Town of Smyrna, TN v. Mun. Gas Auth. of GA, No. 12-5476 (6th Cir. 2013)

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Justia Opinion Summary

The Authority was formed under Ga. Code 46-4-82(a) to provide member municipalities with natural gas. It operates as a non-profit, distributing profits and losses to member municipalities: 64 in Georgia, two in Tennessee, 12 in other states. It pays its own operating expenses and judgments; it is exempt from state laws on financing and investment for state entities and has discretion over accumulation, investment, and management of its funds. It sets its governance rules; members elect leaders from among member municipalities. Smyrna, Tennessee has obtained gas from the Authority since 2000, using a pipeline that does not run through Georgia. The Authority entered a multi-year “hedge” contract for gas acquisition, setting price and volume through 2014, and passed the costs on. The market price of natural gas then fell due to increased hydraulic fracturing (fracking), but Smyrna was still paying the higher price. Smyrna sued for breach of contract, violations of the Tennessee Consumer Protection Act, breach of fiduciary duty, and unjust enrichment. The district court denied the Authority’s motion to dismiss based on sovereign immunity under Georgia law and the Eleventh Amendment. The Sixth Circuit affirmed, stating that the Authority’s claim that any entity referred to as a state “instrumentality” in a Georgia statute is entitled to state-law sovereign immunity “requires quite a stretch of the imagination.”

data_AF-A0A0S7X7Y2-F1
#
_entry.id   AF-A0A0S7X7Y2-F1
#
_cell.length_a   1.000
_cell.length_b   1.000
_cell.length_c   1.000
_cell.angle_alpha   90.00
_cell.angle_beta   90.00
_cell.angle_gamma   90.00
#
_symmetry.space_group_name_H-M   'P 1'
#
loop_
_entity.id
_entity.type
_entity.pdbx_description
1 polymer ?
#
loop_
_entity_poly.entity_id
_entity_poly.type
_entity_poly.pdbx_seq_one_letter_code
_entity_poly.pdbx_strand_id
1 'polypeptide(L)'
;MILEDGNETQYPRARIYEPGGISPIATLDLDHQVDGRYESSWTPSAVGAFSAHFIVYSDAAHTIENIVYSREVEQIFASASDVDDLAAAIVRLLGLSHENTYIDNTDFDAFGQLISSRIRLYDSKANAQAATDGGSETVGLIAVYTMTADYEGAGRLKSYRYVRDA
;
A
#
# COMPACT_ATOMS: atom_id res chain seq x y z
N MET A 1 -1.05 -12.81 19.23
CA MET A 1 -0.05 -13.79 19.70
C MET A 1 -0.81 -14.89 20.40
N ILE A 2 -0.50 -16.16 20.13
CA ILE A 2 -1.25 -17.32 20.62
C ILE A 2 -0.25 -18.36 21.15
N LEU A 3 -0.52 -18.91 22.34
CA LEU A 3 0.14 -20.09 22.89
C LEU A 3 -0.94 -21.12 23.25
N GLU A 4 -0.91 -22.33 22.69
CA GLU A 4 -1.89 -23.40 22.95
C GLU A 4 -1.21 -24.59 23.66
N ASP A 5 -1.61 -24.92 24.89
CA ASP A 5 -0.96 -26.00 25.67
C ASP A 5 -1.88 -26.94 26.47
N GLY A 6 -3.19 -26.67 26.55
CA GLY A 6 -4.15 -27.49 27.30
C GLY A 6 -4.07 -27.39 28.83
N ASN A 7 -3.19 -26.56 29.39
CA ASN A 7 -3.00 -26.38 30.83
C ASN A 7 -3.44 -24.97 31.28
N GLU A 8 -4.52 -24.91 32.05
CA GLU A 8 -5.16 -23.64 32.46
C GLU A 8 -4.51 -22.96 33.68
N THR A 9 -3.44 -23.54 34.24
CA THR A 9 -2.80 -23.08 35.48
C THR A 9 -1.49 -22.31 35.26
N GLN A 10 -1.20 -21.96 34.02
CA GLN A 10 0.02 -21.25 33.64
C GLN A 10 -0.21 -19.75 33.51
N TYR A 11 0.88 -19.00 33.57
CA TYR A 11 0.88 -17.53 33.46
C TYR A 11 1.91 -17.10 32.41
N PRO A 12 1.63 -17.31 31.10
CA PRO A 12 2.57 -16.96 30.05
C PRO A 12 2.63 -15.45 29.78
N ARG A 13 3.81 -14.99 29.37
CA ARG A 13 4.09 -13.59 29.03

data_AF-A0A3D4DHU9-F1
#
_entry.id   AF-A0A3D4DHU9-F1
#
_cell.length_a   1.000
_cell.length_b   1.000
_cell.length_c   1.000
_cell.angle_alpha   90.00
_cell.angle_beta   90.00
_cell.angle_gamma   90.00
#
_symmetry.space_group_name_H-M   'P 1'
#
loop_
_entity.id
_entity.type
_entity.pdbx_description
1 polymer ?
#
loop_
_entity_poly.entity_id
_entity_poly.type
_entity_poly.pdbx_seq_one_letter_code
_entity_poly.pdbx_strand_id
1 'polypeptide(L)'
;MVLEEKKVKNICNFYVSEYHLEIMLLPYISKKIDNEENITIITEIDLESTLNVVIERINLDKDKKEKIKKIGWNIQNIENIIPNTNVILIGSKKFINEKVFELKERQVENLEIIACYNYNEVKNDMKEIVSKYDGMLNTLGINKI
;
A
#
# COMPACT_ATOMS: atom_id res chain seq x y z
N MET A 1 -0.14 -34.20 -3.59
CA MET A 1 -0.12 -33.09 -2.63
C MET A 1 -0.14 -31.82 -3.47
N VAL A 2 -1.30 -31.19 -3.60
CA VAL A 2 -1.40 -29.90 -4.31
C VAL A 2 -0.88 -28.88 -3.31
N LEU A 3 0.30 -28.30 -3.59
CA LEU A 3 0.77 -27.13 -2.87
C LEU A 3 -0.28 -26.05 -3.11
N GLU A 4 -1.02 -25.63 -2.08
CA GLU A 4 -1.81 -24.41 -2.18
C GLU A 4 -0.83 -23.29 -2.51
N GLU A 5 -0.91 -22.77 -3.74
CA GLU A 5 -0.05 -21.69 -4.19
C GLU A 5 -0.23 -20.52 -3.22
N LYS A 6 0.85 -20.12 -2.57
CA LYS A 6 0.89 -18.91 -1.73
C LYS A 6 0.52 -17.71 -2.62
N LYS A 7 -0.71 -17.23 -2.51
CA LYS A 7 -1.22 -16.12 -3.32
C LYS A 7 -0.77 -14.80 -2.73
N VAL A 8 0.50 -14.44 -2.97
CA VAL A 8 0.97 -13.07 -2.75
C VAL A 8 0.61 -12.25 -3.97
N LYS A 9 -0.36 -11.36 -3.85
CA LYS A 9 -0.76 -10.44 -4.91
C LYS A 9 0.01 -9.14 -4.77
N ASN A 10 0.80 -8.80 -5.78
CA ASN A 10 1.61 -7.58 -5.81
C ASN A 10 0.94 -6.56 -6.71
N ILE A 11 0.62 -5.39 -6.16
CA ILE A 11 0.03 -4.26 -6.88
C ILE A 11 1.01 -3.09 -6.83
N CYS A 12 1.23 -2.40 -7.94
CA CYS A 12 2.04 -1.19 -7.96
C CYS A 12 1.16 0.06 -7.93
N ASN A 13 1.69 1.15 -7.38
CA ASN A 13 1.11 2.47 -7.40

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RECOMMENDED FOR FULL-TEXT PUBLICATION Pursuant to Sixth Circuit I.O.P. 32.1(b) File Name: 13a0186p.06 UNITED STATES COURT OF APPEALS FOR THE SIXTH CIRCUIT _________________ X THE TOWN OF SMYRNA, TENNESSEE, Plaintiff-Appellee, v. > , THE MUNICIPAL GAS AUTHORITY OF GEORGIA, Defendant-Appellant. N- No. 12-5476 Appeal from the United States District Court for the Middle District of Tennessee at Nashville. No. 3:11-cv-00642 Kevin H. Sharp, District Judge. Argued: January 25, 2013 Decided and Filed: July 19, 2013 Before: NORRIS, MOORE, and DONALD, Circuit Judges. _________________ COUNSEL ARGUED: Jay D. Bennett, ALSTON & BIRD LLP, Atlanta, Georgia, for Appellant. Jessalyn H. Zeigler, BASS BERRY SIMS PLC, Nashville, Tennessee, for Appellee. ON BRIEF: Jay D. Bennett, Nowell D. Berreth, ALSTON & BIRD LLP, Atlanta, Georgia, Paul S. Davidson, WALLER LANSDEN DORTCH & DAVIS LLP, Nashville, Tennessee, for Appellant. Jessalyn H. Zeigler, Joshua R. Denton, BASS BERRY SIMS PLC, Nashville, Tennessee, Douglas Berry, HUBBARD, BERRY & HARRIS, PLC, Nashville, Tennessee, for Appellee. _________________ OPINION _________________ BERNICE B. DONALD, Circuit Judge. This case is before us on interlocutory appeal of the district court s denial of sovereign immunity to the appellant Municipal Gas Authority of Georgia (the Gas Authority ). The heart of the dispute is the Gas Authority s proposed interpretation of Kyle v. Georgia Lottery Corporation, 718 S.E.2d 1 No. 12-5476 Town of Smyrna, Tenn. v. Mun. Gas Auth. of Ga. Page 2 801, 802-04 (Ga. 2011): that any entity referred to as a state instrumentality in a Georgia statute is entitled to Georgia state-law sovereign immunity. The Gas Authority s suggested interpretation, however, requires quite a stretch of the imagination. For this and the following reasons, we affirm. I. The Gas Authority is a natural gas provider formed in 1987 by the Georgia General Assembly. Ga. Code Ann. § 46-4-82(a) (2012). Its purpose is to provide member municipalities with natural gas. To this end, it acquires, constructs, operates, and maintains facilities for the storage, acquisition, and distribution of natural gas. Id. § 46-4-95. The Gas Authority raises its own funds, receiving no funding from the state of Georgia. It operates on a non-profit basis, distributing excess profits, as well as losses, to its member municipalities. Id. § 46-4-97. It pays for its own operating expenses and must provide funding for any judgments against it. Id. § 46-4-97. It is exempt from the state-law provisions on financing and investment for state entities, id. §§ 46-4-82, 50-17-21, and it has discretion over the accumulation, investment, and management of its funds, id. § 46-4-96(a)(10), (11). It sets its own rules for governance, id. § 46-4-92, and its members elect its leaders from among the member municipalities, id. §§ 46-4-88, 46-4-89. The Gas Authority sells natural gas to seventy-eight member municipalities: sixty-four of these are Georgia municipalities; two are Tennessee municipalities, including the plaintiff Town of Smyrna, Tennessee ( Smyrna ); and others are municipalities in Alabama, Florida and Pennsylvania. Smyrna has contracted with the Gas Authority since 2000. The pipeline that delivers gas to Smyrna does not run through the state of Georgia. The underlying dispute in this case is essentially a disagreement over the price of gas. The Gas Authority committed to a multi-year hedge contract for its acquisition of gas, setting a contract price and volume of gas through the year 2014, and then passed these costs on to Smyrna. After this hedge contract was in place, the spot price, or market price, of natural gas fell due to the increased use of hydraulic fracturing or No. 12-5476 Town of Smyrna, Tenn. v. Mun. Gas Auth. of Ga. Page 3 fracking. So, although gas was less expensive in the market generally, it was not less expensive to Smyrna, who was still paying the Gas Authority according to the higher price and volume set between the Gas Authority and its suppliers. In July 2011, Smyrna sued the Gas Authority for breach of contract, violations of the Tennessee Consumer Protection Act, breach of fiduciary duty, and unjust enrichment for entering into these long-term hedge contracts and passing the allegedly unauthorized charges on to Smyrna. After seven months of litigation, including discovery, the Gas Authority filed a motion to dismiss, arguing that it was entitled to sovereign immunity under Georgia law and under the Eleventh Amendment. On April 17, 2012, the district court denied the motion. The Gas Authority now appeals the denial of sovereign immunity under Georgia law and the Eleventh Amendment. It has also filed a motion seeking certification of the question of whether it is entitled to sovereign immunity under Georgia law to the Supreme Court of Georgia. II. As the issue of sovereign immunity is before us on interlocutory appeal, we must address our jurisdiction.1 Normally, under 28 U.S.C. § 1291, our jurisdiction is limited to appeals from final decisions of the district court. When a decision finally determine[s] claims of right separable from, and collateral to, rights asserted in the action, however, we may have jurisdiction under what has come to be known as the collateral order doctrine. Cohen v. Beneficial Indus. Loan Corp., 337 U.S. 541, 546 (1949). It is well-settled that the collateral order doctrine gives us jurisdiction over appeals of the denial of Eleventh Amendment sovereign immunity. P.R. Aqueduct & Sewer Auth. v. Metcalf & Eddy, Inc., 506 U.S. 139, 142-44, 147 (1993); Mingus v. Butler, 591 F.3d 474, 481 (6th Cir. 2010). We have also extended the collateral order 1 Smyrna correctly points out that the Gas Authority does not adequately establish the basis for our jurisdiction for interlocutory review of sovereign immunity issues in its opening brief, as required by Federal Rule of Appellate Procedure 28(a)(4)(B). (Appellant Br. 1 (citing 28 U.S.C. § 1291 (the final judgment rule); Holst-Orsted v. City of Dickson, 641 F.3d 230, 236 (6th Cir. 2011) (on the applicability of the collateral order doctrine to discovery orders).) However, we have held that an error in the jurisdictional invocation does not prevent our review. United States v. Baggett, 251 F.3d 1087, 1092 n.3 (6th Cir. 2001). The Gas Authority sufficiently addresses our jurisdiction in its reply brief. No. 12-5476 Town of Smyrna, Tenn. v. Mun. Gas Auth. of Ga. Page 4 doctrine to denials of state law immunity, so long as the state immunity alleged would provide immunity from suit, as opposed to mere immunity from liability. Sabo v. City of Mentor, 657 F.3d 332, 336 (6th Cir. 2011); Chesher v. Neyer, 477 F.3d 784, 793-94 (6th Cir. 2007). Georgia s sovereign immunity laws provide immunity from suit. Ga. Const. art. 1, § 2, para. IX. Therefore, we have jurisdiction over both issues on appeal. See also Root v. New Liberty Hosp. Dist., 209 F.3d 1068, 1069 (8th Cir. 2000) (reviewing state-law sovereign immunity claims on interlocutory review); Ferguson v. Texarkana, Tex., No. 98-40403, 1999 WL 152936, at *1 (5th Cir. 1999) (same).2 We review the legal question of whether a body is entitled to sovereign immunity de novo, but accept any underlying factual findings made by the district court unless such findings are clearly erroneous. S.J. v. Hamilton Cnty., 374 F.3d 416, 418 (6th Cir. 2004). III. A. Choice of Law Before addressing the question of the Gas Authority s sovereign immunity under Georgia law, we have the task of determining whether Georgia law even applies to the defense. The district court merely assumed that Georgia law applies and moved on to the sovereign immunity question. Smyrna asks that we affirm the denial of state-law sovereign immunity on the alternative grounds that Georgia sovereign immunity law does not apply because Tennessee law governs the underlying claims. See Murphy v. Nat l City Bank, 560 F.3d 530, 535 (6th Cir. 2009) ( Appellate courts may affirm on alternative grounds supported by the record. ). Although the district court s method is tempting, when sitting in diversity we must apply the choice of law rules of the forum state to determine which state s laws govern the dispute. Montgomery v. Wyeth, 580 F.3d 455, 459 (6th Cir. 2009); Johnson v. Ventra Grp., 191 F.3d 732, 738 (6th Cir. 2 Because interlocutory review is permitted for state-law sovereign immunity defenses under the collateral order doctrine, we need not address the Gas Authority s alternative argument that we may exercise pendent appellate jurisdiction over the state-law defense. No. 12-5476 Town of Smyrna, Tenn. v. Mun. Gas Auth. of Ga. Page 5 1999). Smyrna filed suit in the Middle District of Tennessee, so we begin with Tennessee s choice of law rules. See Johnson, 191 F.3d at 738-39. For claims based on a contract, Tennessee follows the rule of lex loci contractus, meaning it presumes that the claims are governed by the jurisdiction in which it was executed absent a contrary intent. Vantage Tech., LLC v. Cross, 17 S.W.3d 637, 650 (Tenn. Ct. App. 1999). If the parties contracted to be governed by the law of another jurisdiction, Tennessee will honor that choice so long as the provision was executed in good faith, there is a material connection between the law and the transaction, and the chosen law is not contrary to the fundamental policies of Tennessee. Id. The Gas Authority contends that the parties contracted to be governed by Georgia law, pointing to the following provision in its 2005 Gas Supply Contract with Smyrna, under the Severability section: In case any one or more of the provisions of this contract shall for any reason be held to be illegal or invalid . . . this contract shall be construed and enforced as if such illegal or invalid provision had not been contained herein, and this contract shall be construed to adopt, but not to enlarge upon, all the applicable provisions of said [Gas Authority] Act, and all the applicable provisions of the Constitution and general laws of Georgia, and, if any provisions hereof conflict with any applicable provision of said Constitution or laws, the latter as adopted by the General Assembly of Georgia and as interpreted by the courts of this state shall prevail in lieu of any provision hereof in conflict or not in harmony therewith. Gas Supply Contract, art. IX (emphasis added). A claim that a particular contract provision operates as a choice of law provision is itself a claim based on a contract, therefore we use the contract interpretation law of the jurisdiction in which the purported choice of law agreement was signed. The 2005 Gas Supply Contract was executed in Tennessee. Thus, we use Tennessee contract law to discern the nature and validity of the term. Tennessee would interpret this provision to ascertain the intent of the parties, according to the natural meaning of the words, giving effect to every term, and No. 12-5476 Town of Smyrna, Tenn. v. Mun. Gas Auth. of Ga. Page 6 construing any ambiguity against the drafter (here, the Gas Authority). Vantage Tech, 17 S.W.3d at 650. Smyrna would have us conclude that this is merely a severability provision designed to avoid any conflicts with Georgia law. This proposed interpretation makes some sense because the Gas Authority is created and its activities are defined by Georgia statute, but if that were the full meaning, the provision would merely conclude after adopting all the applicable provisions of the [Gas Authority] Act. Giving meaning to all the terms, as we must, we cannot ignore the latter statement in which the contract adopts all the applicable provisions of the Constitution and general laws of Georgia. These terms can have no meaning other than establishing that the contract is to be governed under Georgia laws. The clause operates as a choice of law provision. Moreover, nothing before us suggests that the clause is invalid. The parties have presented no evidence suggesting that the contract was submitted in bad faith, that it bears no material connection to Georgia or that Georgia was selected for legal subterfuge, or that Georgia law is contrary to the fundamental policies of Tennessee law. See Vantage Tech, 17 S.W.3d at 650. Therefore, we must presume that Georgia law governs the contract itself and any claims arising out of it. Georgia would apply its own sovereign immunity law to these claims. Our analysis cannot stop here, however, because Smyrna also alleged claims for breach of fiduciary duty and violations of the Tennessee Consumer Protection Act. Nothing in the choice of law contract provision suggests that it extends to tort claims. We conclude that Tennessee law applies to these non-contract claims,3 and under such law, Tennessee would apply Georgia sovereign immunity law as a matter of comity. 3 For claims lying in tort, Tennessee uses the most significant relationship test, considering: the place of the injury, the place where the conduct causing the injury occurred, the place of incorporation or place of business of the parties, and the place where the relationship is centered. Hataway v. McKinley, 830 S.W.2d 53, 59 (Tenn. 1992). Here, the alleged injury is an economic loss, so it occurred in Smyrna, Tennessee. See Carbon Processing & Reclamation, LLC v. Valero Mktg. & Supply Co., No. 09-2127STA, 2011 WL 4915886, at *5 (W.D. Tenn. Oct. 17, 2011) (noting that an economic injury occurred in the injured party s principle place of business). The alleged conduct occurred in both Tennessee and Georgia, but the relationship is centered in Tennessee, where the gas is delivered and where the contract was negotiated. The Gas Authority is an entity created in Georgia, but it serves municipalities in five states, and the gas line delivering gas to Smyrna does not even run through Georgia. These factors, when viewed in combination, suggest that Tennessee law would apply. No. 12-5476 Town of Smyrna, Tenn. v. Mun. Gas Auth. of Ga. Page 7 While Tennessee has no constitutional obligation to recognize the sovereign immunity that a sister state may have granted to a citizen, see Nevada v. Hall, 440 U.S. 410, 426-27 (1979), Tennessee courts choose to do so, in their discretion, in the interest of comity and state harmony. E.g., Lemons v. Cloer, 206 S.W.3d 60, 69 (Tenn. Ct. App. 2006). Tennessee will enforce a sister state s sovereign immunity to a defendant state entity so long as the other state s rules are not contrary to the policy of Tennessee, as found in its constitution, statutes, and court decisions. Id. at 69 (internal quotations omitted). This standard does not require identical state policies or identical hypothetical results merely a certain harmony. The sovereign immunity policies of Georgia are sufficiently harmonious with its own that Tennessee would honor Georgia s policies. Both states grant sovereign immunity to certain state entities. See Tenn. Code Ann. § 29-20-201(a) (2012); Ga. Const. art. 1, § 2, para. IX. Both states extend such immunity to certain instrumentalities or agencies of the state, but not to certain others such as municipalities. Nat l Advertising, Inc. v. McCormick Ashland City & Nashville R.R., 936 S.W.2d 256, 258 (Tenn. Ct. App. 1996); Miller v. Ga. Ports Auth., 470 S.E.2d 426, 428 (Ga. 1996). Georgia law suggests that the structure and activities of the entity, not merely its nomenclature, determines whether an entity is immune. Kyle v. Ga. Lottery Corp., 718 S.E.2d 801, 802-04 (Ga. 2011). Tennessee, too, has case law suggesting that the supervision, control, and funding of the entity, not merely the nomenclature, determines whether an entity qualifies for sovereign immunity. E.g., Nat l Advertising, 936 S.W.2d at 258; Hastings v. S. Cent. Human Res. Agency, 829 S.W.2d 679, 682 (Tenn. Ct. App. 1991). Neither state has case-law directly establishing whether a natural gas cooperative is entitled to sovereign immunity, but the laws are similar enough that Georgia policies are in no way contrary to Tennessee public policy under Lemons. 206 S.W.3d at 69. Tennessee would, therefore, honor any sovereign immunity that Georgia itself would extend to the Gas Authority. Thus, we must look to Georgia law to determine whether the Gas Authority is entitled to sovereign immunity. No. 12-5476 Town of Smyrna, Tenn. v. Mun. Gas Auth. of Ga. Page 8 B. Sovereign Immunity Under Georgia Law The Gas Authority asserts that it has sovereign immunity under the Georgia Supreme Court s recent decision in Kyle v. Georgia Lottery Corporation. 718 S.E.2d 801, 802-04 (Ga. 2011). According to the Gas Authority s proposed interpretation, Kyle held that anything called a state instrumentality is entitled to sovereign immunity. Because the Gas Authority is called an instrumentality under its enacting statute, see Ga. Code Ann. § 46-4-82(a), it argues, it is entitled to sovereign immunity regardless of the public policy dicta in Kyle suggesting that entities must have a purpose, function, and management that is intertwined with the state to be classified as a state instrumentality. The Gas Authority s interpretation of Kyle is based on an erroneous reading of the case. Kyle addressed whether the Georgia Lottery Corporation ( GLC ) is entitled to sovereign immunity under state law. Kyle, 718 S.E.2d at 802-04. The court began by saying, Because sovereign immunity applies to state instrumentalities, GLC is entitled to assert sovereign immunity as a defense. Id. at 802. This sentence was not the entire holding of the case, as the Gas Authority contends, however, but the beginning of the analysis. The remainder of the opinion is dedicated to discerning whether the GLC is the kind of state entity that is entitled to sovereign immunity, namely, whether it is a state instrumentality. The court then reviewed two prior cases in which it had developed state sovereign immunity law in light of recent state constitutional and statutory changes. Id. (citing Youngblood v. Gwinnett Rockdale Newton Cmty. Servs. Bd., 545 S.E.2d 875, 87678 (Ga. 2001); Miller, 470 S.E.2d at 427-28). The court noted that in Miller, it held that under a 1991 amendment to the Georgia Constitution and the contemporaneous Georgia Tort Claims Act, all state agencies, including all state government entities, regardless of their nomenclature are entitled to sovereign immunity. Id. at 802-03 (emphasis added) (internal quotations omitted); see also Miller, 470 S.E.2d at 427-28. Prior to Miller, the Georgia courts drew a line between state agencies, which enjoyed sovereign No. 12-5476 Town of Smyrna, Tenn. v. Mun. Gas Auth. of Ga. Page 9 immunity, and state instrumentalities, which did not. Kyle, 718 S.E.2d at 804 (citing Jackson v. Ga. Lottery Corp., 491 S.E.2d 408, 411 (Ga. Ct. App. 1997)). The Kyle court noted that this distinction is outdated and that it had overruled earlier cases making distinctions based on nomenclature alone. Id. at 804. These new laws interpreted in Miller had made immunity for state entities the default, waiving immunity only in certain instances, thus limiting the state treasury s exposure to tort liability. Id. at 803 (quoting Miller, 470 S.E.2d at 426). The new definition of state entities includes what the court called instrumentalities. Id. (quoting Miller, 470 S.E.2d at 426). The court moved on to the later case of Youngblood, which, like Kyle, did not address the question of whether state instrumentalities are immune, but when an entity is a state instrumentality that is entitled to immunity. See id. at 803-04 (citing Youngblood, 545 S.E.2d at 875-78). To answer this question, the court reviewed the enacting statute of the defendant community service board, looking specifically at the purpose of the board to determine whether it is a state instrumentality. See id. at 803-04 (citing Youngblood, 545 S.E.2d at 875-78). Building on its analysis from Miller and Youngblood, the Kyle court considered several factors to determine whether the GLC is an instrumentality. First, it noted that the GLC is called an instrumentality under its enacting statute, Ga. Code Ann. § 5027-4, but the analysis did not stop there. Kyle, 718 S.E.2d at 804. It then considered the purpose of the GLC, which is to generate funding for state educational programs; its governing structure, a board of directors appointed by the governor; and the beneficiary of its profits, the state treasury. Id. Finally, the court considered the GLC s accountability to the General Assembly and to the public through audits and reports. Id. Therefore, the purpose, function, and management of GLC are indelibly intertwined with the State in a manner that qualifies it for the protection of sovereign immunity as a State instrumentality. Id. (emphasis added). Thus, the Kyle court recognized its precedent establishing that state entities, including state instrumentalities, are entitled to sovereign immunity, and it created a test for discerning when an entity fits in that category, regardless of [its] nomenclature. See id. at 803, (quoting Miller, 470 S.E.2d No. 12-5476 Town of Smyrna, Tenn. v. Mun. Gas Auth. of Ga. Page 10 at 427-28). Using the factor test, then, a court must ask 1) what is the entity called under its enacting statute, and 2) is the entity s purpose, function, and management indelibly intertwined with the state. Id. at 804. This analysis was not public policy dicta as the Gas Authority contends, but essential to the court s holding. The Gas Authority asks us to certify the question of whether it is entitled to sovereign immunity to the Supreme Court of Georgia, arguing that Kyle is ambiguous. We do not consider Kyle ambiguous. The Gas Authority s only basis for this suggestion seems to be that the parties argue for different interpretations of Kyle. But, as we explained above, the Gas Authority s proposed interpretation is unsupported. Even if we saw a possibility for an alternative interpretation, we do not trouble our sister state courts where we see a reasonably clear and principled course of action. Berrington v. Wal-Mart Stores, Inc., 696 F.3d 604, 610 (6th Cir. 2012) (internal quotations omitted); see also Geronimo v. Caterpillar, Inc., 440 F. App x 442, 449 (6th Cir. 2011) ( [T]he appropriate time to seek certification of a state-law issue is before a District Court resolves the issue, not after receiving an unfavorable ruling. (internal quotations omitted)); Am. Booksellers Found. for Free Expression v. Strickland, 560 F.3d 443, 446 (6th Cir. 2009) (noting that certification is appropriate when state-law is susceptible of construction that might avoid federal adjudication or materially change the nature of the problem). Even if we were to certify the question, the Supreme Court of Georgia would probably decline to answer the question because it has discretion to take questions of Georgia law only where there are no clear controlling precedents in the appellate court decisions of this State. R. Sup. Ct. Ga. 46. Kyle is the controlling precedent on the issue at hand. Accordingly, we decline to certify this question to the Supreme Court of Georgia. The only task that remains is to apply the test from Kyle, looking first at the nomenclature used in the Gas Authority s enacting statute, and second at the Gas Authority s governing structure, profit distribution, and accountability to determine whether its purpose, management and function are indelibly intertwined with the state No. 12-5476 Town of Smyrna, Tenn. v. Mun. Gas Auth. of Ga. Page 11 of Georgia. Kyle, 718 S.E.2d at 804. We are guided by how the Kyle court viewed the various factors in regard to the GLC. Like the GLC, the Gas Authority is referred to as an instrumentality of the state in its enacting statute, Ga. Code Ann. §§ 46-4-82, 50-17-21(1), but the similarities end there. Unlike the GLC, the Gas Authority s purpose is not provided for in the Georgia Constitution and it does not benefit the general Georgian public. Its purpose is to provide municipalities a reliable, economical supply of natural gas and to assist them in developing and growing their gas systems to optimize the benefits of public ownership. Although it is described as an entity that supplies gas for the public, id. §§ 46-4-80, 46-4-98(a), the Gas Authority is structured such that it benefits only municipalities that choose to become members. Id. §§ 46-4-96(a)(5), (a)(7). And members are not necessarily from Georgia; current member municipalities are located in Alabama, Florida, Georgia, Pennsylvania, and Tennessee. The pipeline that delivers gas to Smyrna does not even run through the state of Georgia. Nor is the Gas Authority s function intertwined with the state. Unlike the GLC, which gives its profits to the state for the benefit of public education in Georgia, the Gas Authority operates as an independent non-profit corporation. Id. §§ 46-4-82; 46-4-97. Its profits and losses are distributed to the member municipalities, and it receives no state funding, as it must pay for its own operations and provide for payment of any judgment against it. Id. § 46-4-97 (emphasis added). It is expressly exempt from the provisions on financing and investment for state entities, id. §§ 46-4-82, 50-17-21, and it makes its own decisions on accumulation, investment, and management of its funds, id. §§ 46-4-96(a)(10), (11). The Gas Authority acts as an agent for the municipalities it serves and provides services to and for the benefit of the political subdivisions. Id. §§ 46-4-96(a)(5), (a)(13). Finally, the Gas Authority s management is in no way intertwined with the state or otherwise similar to that of the GLC. The GLC is subject to heavy administrative oversight by the state; it must send detailed quarterly reports and audits to the governor No. 12-5476 Town of Smyrna, Tenn. v. Mun. Gas Auth. of Ga. Page 12 and other state representatives, and it must submit its annual budget to the Office of Planning and Budget. Id. §§ 50-27-33(1), (5). The Gas Authority, however, makes its own rules for governance, id. § 46-4-92, sets compensation for its employees as it chooses, id. § 46-4-96(a)(4), and hires an independent accountant of its own choosing for annual audits, id. § 46-4-120. While the GLC is governed by board members appointed by the governor, the Gas Authority is governed by leaders elected by the member municipalities, who serve at the pleasure of the municipalities. Id. §§ 46-4-88, 46-4- 89. The Gas Authority is exempt from Georgia Public Service Commission regulation, id. § 46-4-122, and it even has the discretion to delegate its powers to its own appointed agents, id. § 46-4-96(a)(4). In summation, the purpose, function, and management of the Gas Authority is far less indelibly intertwined with the State than that of the GLC. The instrumentality nomenclature is the only factor that weighs in favor of sovereign immunity here, but that cannot be enough because otherwise the Kyle court would not have engaged in the factor analysis. The Gas Authority is not entitled to sovereign immunity under Georgia law. C. Sovereign Immunity under Eleventh Amendment Doctrine The Gas Authority also contends that it is entitled to sovereign immunity under the Eleventh Amendment doctrine. Immunity under the Eleventh Amendment is considered a fundamental aspect of [state] sovereignty, Alden v. Maine, 527 U.S. 706, 713 (1999), serving to protect the solvency and the dignity of the states. Lowe v. Hamilton Cnty. Dep t of Jobs & Family Servs., 610 F.3d 321, 324 (6th Cir. 2010). Eleventh Amendment immunity attaches only to defendants that are the state itself or an arm of the State. Ernst v. Rising, 427 F.3d 351, 358 (6th Cir. 2005) (en banc) (internal quotations omitted). Whether an entity qualifies is a question of federal law and the entity asserting the defense bears the burden of proof. Lowe, 610 F.3d at 324, 330; Gragg v. Ky. Cabinet for Workforce Dev., 289 F.3d 958, 963 (6th Cir. 2002). No. 12-5476 Town of Smyrna, Tenn. v. Mun. Gas Auth. of Ga. Page 13 We use the following non-exhaustive list of factors to determine whether a particular entity is owed sovereign immunity: 1) the State s potential liability, 2) the language by which [the] state . . . refer[s] to the entity and the degree of state control . . . over the entity, 3) whether state or local officials appoint the board members of the entity, and 4) whether the entity s functions fall within the traditional purview of state or local government. Pucci v. Nineteenth Dist. Ct., 628 F.3d 752, 760 (6th Cir. 2010) (citing Ernst, 427 F.3d at 359.) We have noted that the vulnerability of the state s coffers is the most salient issue. Ernst, 427 F.3d at 359. The district court made an express finding that these claims present no potential liability to the coffers of the state of Georgia which comes as no surprise because the Gas Authority is responsible for its own expenses, including judgments, Ga. Code Ann. § 46-4-97. The Gas Authority argues that if the language the state uses to refer to the entity suggests that the entity is part of the state, the liability to the entity would be the same as liability to the state coffers. This is not what we meant in Pucci; otherwise factor two would be irrelevant on its own. As for the second factor, the state does occasionally use language to describe the Gas Authority that could apply to a state entity, but there are also extensive statutory provisions granting independent functioning and a lack of state control. E.g., Id. §§ 46-4-97 (self-funding), 46-4-96(10),(11) (discretion over investments and growth), 46-4-92 (self-governance). Nor does the third factor weigh in favor of immunity, as the member municipalities self-select their own leadership. Id. §§ 46-4-88 and 89. As for the fourth factor, an entity s function falls within the purview of the state government if it is a long-recognized state function. Pucci, 628 F.3d at 764. The Gas Authority acquires, develops and sells natural gas to municipalities in five different states. This is best described as a commercial activity. It is not like the court system mandated by a state constitution in Pucci, 628 F.3d at 764, or a state retirement system funded by the legislature and operating on a state-wide basis like that in Ernst, 427 F.3d 362. The district court did not err in denying Eleventh Amendment immunity. No. 12-5476 Town of Smyrna, Tenn. v. Mun. Gas Auth. of Ga. Page 14 IV. For the foregoing reasons, we conclude that the Gas Authority is not entitled to sovereign immunity under Georgia law or under the Eleventh Amendment doctrine. Accordingly, we AFFIRM the interlocutory decision of the district court. Additionally, the Gas Authority s motion for certification to the Supreme Court of Georgia is DENIED.